SANTA CLARA, California--The Clinton White House chief spokesman on Internet commerce came to Silicon Valley today to reiterate the administration's position that no special taxes or trade duties should be applied to Internet transactions.
"Commerce on the Internet is one of the most important areas for accelerating U.S. exports and the growth of the American economy," Ira Magaziner told a conference here on Internet tax issues. "If we could set the right environment for electronic commerce, it may be the best thing we could do to boost trade in the next five to ten years."
The administration is trying to head off moves in 12 other countries, as well as in several U.S. states and cities, to tax Internet transactions or usage.
Magaziner's statements were echoed in Tallahassee, Florida, today. A task force appointed by the state governor recommended that access to the Internet remained untaxed. The task force suggested that any existing state and local taxes on the telecommunications industry be replaced with a single, unified tax levied on all telephone, cellular, and cable television providers--but not Internet access providers.
Both the Florida task force and Magaziner believe that market forces, not regulators, should govern the Net's burgeoning economy. Today's comments were music to the ears of industry leaders who worry that the government will interfere with the growth of the Internet, either out of a desire to regulate a new communications medium or to create a new source of taxes.
Magaziner said the government could play a role in supporting testbeds and research and development, but that the government's only real goal should be to help grow the Net and e-commerce.
"The Internet should be a contract-based medium, not a regulated industry," said Magaziner. He said the government's should create a stable economic environment where commerce can flourish. "We are not going to interfere with the essentially free nature of the Internet. We want to be able to preserve the Internet in its somewhat anarchic nature," said Magaziner.
While Magaziner is viewed as a top official in the Clinton White House, his views differ from those of some other branches of the government. For example, he opposes federal efforts to censor Internet content even though the Department of Justice is defending the Communications Decency Act right now in the federal courts.
Magaziner is also associated with a policy camp that believes the government should lift all regulatory controls on encryption technology, a camp that is opposed by law enforcement agencies including the FBI.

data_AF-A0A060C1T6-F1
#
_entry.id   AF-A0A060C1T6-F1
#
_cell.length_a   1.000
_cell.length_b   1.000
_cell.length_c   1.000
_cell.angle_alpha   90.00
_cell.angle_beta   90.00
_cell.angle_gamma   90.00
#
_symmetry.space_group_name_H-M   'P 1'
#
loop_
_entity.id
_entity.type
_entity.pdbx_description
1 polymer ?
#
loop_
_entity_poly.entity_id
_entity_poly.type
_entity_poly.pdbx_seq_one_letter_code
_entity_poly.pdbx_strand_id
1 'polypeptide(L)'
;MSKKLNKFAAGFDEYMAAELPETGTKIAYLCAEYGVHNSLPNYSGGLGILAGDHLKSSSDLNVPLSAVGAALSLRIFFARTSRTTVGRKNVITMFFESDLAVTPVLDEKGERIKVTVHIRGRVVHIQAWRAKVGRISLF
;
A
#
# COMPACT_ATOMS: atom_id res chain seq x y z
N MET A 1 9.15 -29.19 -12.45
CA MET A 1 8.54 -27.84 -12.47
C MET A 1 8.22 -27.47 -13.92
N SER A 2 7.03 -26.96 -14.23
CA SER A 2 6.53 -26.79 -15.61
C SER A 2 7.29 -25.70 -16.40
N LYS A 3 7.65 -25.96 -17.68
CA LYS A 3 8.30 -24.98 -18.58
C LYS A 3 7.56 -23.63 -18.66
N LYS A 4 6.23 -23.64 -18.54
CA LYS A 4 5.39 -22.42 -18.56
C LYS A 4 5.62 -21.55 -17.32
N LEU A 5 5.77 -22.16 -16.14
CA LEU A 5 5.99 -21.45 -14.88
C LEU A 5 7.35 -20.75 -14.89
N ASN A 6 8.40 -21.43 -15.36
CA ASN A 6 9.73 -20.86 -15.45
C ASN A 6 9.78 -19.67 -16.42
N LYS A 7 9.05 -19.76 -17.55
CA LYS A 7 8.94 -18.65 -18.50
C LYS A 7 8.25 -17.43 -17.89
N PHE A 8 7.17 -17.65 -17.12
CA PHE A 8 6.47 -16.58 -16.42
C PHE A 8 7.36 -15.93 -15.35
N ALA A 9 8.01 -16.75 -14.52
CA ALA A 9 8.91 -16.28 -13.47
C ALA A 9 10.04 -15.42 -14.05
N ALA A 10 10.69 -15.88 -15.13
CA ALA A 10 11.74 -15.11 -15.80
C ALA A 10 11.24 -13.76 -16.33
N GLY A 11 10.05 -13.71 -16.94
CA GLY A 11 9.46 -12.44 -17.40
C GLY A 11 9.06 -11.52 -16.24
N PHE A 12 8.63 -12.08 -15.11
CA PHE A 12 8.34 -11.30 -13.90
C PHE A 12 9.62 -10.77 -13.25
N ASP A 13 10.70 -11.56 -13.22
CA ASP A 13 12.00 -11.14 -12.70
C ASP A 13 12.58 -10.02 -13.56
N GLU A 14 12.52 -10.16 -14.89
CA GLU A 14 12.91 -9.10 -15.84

But Magaziner is in charge of one important item on Clinton's second-term policy goal list: encouraging the growth of e-commerce.
The administration's views on electronic commerce are outlined in a draft position paper now posted on the Net to solicit public comments. The final version of the paper is due in March.
Magaziner hinted today at some of the paper's conclusions. He said the administration believes the Internet's major economic impact will come from soft goods--software, entertainment products, information, and consulting services--which are easier to deliver over the Net, as opposed to hard goods that must still be mailed the old-fashioned way.
"There tremendous opportunities for growth in products delivered by the Net," Magaziner said.
Internationally, the administration is already working with the Organization for Economic Cooperation and Development to get industrialized nations to agree on Internet tax and tariff policies.
The federal government would like to discourage states and localities from adopting Internet taxes. But if they do, Magaziner urged them to implement uniform codes so companies don't have to deal with different tax rules for different jurisdictions.
He indicated that the administration will initially try to persuade states towards this position rather than pushing for a federal preemption of local taxes.
That same carrot-instead-of-stick approach characterizes all of the White House's involvement in this issue. Magaziner also said that federal regulators should monitor developments in the electronic payments field rather than to jump in with regulations. "It's too early in the process for government to think about regulation," he said.
And while his role at the White House specifically involves e-commerce, Magaziner also counseled a hands-off stance around Internet standards, rejecting suggestions from other countries that governments should dictate technology standards. "We think that would be folly and highly unwise. We think the market, not government agreements, should determine what wins out. We see no harm in different standards in the market."
Similarly, he urged "market-based approaches" to online privacy protection, an approach being pushed by eTrust.
Photo by Donald R. Winslow, CNET